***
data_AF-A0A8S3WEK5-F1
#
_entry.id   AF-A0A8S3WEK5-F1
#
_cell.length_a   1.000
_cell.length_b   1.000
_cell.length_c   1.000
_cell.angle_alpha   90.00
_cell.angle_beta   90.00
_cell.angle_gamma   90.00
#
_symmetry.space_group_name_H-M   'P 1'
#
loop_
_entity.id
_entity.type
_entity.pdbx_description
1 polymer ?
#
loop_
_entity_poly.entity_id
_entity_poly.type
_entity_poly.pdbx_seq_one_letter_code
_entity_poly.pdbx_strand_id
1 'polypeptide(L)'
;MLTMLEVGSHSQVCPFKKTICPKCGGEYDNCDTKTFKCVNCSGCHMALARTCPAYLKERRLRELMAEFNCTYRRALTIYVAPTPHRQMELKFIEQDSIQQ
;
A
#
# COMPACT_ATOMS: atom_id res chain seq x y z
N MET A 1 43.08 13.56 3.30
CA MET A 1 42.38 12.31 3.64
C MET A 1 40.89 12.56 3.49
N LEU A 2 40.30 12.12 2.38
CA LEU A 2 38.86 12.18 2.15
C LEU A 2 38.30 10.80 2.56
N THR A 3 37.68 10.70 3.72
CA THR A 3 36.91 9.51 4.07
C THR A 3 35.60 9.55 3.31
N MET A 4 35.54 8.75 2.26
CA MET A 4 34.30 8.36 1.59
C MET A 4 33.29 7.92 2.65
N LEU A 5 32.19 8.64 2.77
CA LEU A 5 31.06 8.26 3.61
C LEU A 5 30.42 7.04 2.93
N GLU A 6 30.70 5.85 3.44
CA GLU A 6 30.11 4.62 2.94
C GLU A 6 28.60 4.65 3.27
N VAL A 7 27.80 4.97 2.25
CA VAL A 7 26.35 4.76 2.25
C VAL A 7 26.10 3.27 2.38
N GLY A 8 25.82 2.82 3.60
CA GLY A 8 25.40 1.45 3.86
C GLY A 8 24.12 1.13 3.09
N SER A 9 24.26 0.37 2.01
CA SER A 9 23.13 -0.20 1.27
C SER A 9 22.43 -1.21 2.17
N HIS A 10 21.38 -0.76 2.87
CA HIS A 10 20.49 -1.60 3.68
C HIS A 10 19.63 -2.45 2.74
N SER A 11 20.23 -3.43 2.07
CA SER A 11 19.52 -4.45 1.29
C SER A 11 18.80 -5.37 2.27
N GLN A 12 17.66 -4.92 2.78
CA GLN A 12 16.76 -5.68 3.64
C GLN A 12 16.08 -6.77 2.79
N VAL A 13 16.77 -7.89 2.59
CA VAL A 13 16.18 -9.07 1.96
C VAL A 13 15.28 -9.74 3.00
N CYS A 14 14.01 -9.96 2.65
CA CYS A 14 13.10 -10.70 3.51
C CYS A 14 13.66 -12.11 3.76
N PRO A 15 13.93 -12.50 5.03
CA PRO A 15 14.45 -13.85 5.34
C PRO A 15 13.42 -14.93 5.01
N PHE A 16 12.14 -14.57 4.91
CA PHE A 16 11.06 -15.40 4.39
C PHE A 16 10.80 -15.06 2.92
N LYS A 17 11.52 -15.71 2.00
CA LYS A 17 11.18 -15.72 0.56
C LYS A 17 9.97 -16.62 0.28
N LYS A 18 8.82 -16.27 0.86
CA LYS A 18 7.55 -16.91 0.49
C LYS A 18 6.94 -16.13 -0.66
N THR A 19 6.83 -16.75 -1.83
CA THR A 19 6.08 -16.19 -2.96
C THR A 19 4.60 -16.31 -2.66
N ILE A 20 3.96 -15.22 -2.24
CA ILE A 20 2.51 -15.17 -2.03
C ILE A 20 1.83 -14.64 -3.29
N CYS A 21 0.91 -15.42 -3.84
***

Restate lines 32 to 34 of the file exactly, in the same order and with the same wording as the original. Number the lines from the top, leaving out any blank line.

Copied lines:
CA MET A 1 42.38 12.31 3.64
C MET A 1 40.89 12.56 3.49
N LEU A 2 40.30 12.12 2.38